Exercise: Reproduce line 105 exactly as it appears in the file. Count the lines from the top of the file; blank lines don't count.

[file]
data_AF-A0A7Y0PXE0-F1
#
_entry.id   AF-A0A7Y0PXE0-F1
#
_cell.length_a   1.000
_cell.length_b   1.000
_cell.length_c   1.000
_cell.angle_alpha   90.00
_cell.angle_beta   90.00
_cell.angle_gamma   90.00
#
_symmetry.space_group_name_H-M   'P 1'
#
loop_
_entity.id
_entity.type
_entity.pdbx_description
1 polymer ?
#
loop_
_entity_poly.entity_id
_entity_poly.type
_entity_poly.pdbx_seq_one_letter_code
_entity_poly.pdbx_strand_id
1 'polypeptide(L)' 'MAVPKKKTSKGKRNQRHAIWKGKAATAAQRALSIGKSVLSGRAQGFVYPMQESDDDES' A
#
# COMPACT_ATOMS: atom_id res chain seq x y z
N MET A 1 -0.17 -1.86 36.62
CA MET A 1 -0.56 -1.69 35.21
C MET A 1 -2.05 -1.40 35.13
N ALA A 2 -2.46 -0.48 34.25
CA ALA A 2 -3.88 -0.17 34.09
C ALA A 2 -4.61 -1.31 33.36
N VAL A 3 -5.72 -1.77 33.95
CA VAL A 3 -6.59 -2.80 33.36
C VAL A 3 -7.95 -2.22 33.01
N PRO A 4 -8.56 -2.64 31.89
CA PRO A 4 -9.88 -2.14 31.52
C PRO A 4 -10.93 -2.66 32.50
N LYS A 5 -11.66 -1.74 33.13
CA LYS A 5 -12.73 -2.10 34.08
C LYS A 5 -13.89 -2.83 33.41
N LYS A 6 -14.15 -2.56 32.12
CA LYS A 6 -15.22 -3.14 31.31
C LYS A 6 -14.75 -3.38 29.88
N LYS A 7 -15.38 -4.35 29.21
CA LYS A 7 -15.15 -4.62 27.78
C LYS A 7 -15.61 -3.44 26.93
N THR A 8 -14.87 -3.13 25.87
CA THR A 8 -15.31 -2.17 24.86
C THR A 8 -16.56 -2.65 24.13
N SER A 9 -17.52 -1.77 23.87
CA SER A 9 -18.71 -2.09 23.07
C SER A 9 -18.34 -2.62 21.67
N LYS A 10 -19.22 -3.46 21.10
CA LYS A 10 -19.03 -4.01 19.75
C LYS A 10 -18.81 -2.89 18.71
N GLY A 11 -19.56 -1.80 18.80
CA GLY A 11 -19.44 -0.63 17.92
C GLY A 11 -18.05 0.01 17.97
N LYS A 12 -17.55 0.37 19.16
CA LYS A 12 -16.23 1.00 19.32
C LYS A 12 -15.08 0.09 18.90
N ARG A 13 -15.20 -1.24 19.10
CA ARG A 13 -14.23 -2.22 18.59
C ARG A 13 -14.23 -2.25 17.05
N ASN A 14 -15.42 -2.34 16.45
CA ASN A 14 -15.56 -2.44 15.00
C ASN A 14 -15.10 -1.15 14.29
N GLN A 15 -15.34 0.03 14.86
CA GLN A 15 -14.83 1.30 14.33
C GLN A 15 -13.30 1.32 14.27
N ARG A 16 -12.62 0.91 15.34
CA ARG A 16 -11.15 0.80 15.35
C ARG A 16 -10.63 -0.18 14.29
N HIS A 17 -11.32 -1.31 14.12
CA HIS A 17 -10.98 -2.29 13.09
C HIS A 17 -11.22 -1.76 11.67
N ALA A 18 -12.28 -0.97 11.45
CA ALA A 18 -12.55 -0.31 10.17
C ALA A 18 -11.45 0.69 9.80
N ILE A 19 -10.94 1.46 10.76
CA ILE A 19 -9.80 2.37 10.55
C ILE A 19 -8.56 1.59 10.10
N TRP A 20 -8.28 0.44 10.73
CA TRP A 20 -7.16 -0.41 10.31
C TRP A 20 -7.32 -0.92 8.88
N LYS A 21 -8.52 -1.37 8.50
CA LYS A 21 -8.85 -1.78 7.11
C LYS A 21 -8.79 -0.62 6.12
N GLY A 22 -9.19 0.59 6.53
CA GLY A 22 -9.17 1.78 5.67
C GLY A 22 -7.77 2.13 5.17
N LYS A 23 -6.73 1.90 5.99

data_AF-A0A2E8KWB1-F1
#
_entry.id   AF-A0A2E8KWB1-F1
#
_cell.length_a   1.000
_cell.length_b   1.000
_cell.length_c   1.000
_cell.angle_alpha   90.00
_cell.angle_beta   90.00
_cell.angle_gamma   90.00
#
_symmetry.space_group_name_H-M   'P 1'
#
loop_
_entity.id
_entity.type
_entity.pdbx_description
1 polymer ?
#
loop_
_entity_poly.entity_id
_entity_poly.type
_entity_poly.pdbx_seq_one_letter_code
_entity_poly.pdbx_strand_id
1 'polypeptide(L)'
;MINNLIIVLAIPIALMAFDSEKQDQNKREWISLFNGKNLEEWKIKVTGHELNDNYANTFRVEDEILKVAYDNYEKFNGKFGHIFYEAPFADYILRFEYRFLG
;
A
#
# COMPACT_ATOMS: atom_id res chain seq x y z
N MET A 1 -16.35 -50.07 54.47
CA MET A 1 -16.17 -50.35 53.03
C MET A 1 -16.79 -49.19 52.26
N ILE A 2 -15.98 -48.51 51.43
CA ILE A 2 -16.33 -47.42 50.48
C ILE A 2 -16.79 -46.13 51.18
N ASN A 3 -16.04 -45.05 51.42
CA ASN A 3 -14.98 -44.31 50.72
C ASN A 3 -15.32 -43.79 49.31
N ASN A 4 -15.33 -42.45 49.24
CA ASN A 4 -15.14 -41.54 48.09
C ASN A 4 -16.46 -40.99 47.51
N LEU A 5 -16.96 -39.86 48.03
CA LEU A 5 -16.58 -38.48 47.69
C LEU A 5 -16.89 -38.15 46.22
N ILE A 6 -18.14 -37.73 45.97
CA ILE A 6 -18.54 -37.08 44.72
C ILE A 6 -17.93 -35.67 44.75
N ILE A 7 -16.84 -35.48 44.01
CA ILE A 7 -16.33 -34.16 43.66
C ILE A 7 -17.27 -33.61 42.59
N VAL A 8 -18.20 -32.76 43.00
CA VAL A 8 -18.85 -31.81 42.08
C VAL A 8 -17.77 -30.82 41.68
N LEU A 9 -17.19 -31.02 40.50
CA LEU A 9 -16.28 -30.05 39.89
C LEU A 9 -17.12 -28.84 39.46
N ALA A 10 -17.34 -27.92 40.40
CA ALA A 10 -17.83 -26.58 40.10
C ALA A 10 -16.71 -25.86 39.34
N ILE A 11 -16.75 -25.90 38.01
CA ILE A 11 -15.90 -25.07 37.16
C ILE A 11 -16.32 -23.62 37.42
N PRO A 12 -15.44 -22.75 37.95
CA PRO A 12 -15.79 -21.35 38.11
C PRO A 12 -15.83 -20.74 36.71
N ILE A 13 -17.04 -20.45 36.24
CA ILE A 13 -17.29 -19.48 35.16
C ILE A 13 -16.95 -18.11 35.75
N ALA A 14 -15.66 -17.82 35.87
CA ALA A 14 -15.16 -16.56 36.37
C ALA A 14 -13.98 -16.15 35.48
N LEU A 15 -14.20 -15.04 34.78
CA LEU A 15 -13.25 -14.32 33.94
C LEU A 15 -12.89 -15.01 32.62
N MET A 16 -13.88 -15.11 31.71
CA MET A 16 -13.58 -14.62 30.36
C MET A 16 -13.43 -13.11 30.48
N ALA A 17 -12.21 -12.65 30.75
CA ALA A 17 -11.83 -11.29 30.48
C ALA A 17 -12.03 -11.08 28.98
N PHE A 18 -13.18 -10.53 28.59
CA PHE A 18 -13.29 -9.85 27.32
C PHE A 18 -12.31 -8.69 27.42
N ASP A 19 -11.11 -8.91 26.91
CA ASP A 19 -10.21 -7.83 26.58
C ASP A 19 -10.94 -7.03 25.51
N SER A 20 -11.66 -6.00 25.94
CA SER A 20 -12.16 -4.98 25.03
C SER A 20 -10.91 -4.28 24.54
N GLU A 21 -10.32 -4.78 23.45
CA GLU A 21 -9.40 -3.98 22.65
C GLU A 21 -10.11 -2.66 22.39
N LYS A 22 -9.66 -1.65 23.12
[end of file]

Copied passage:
#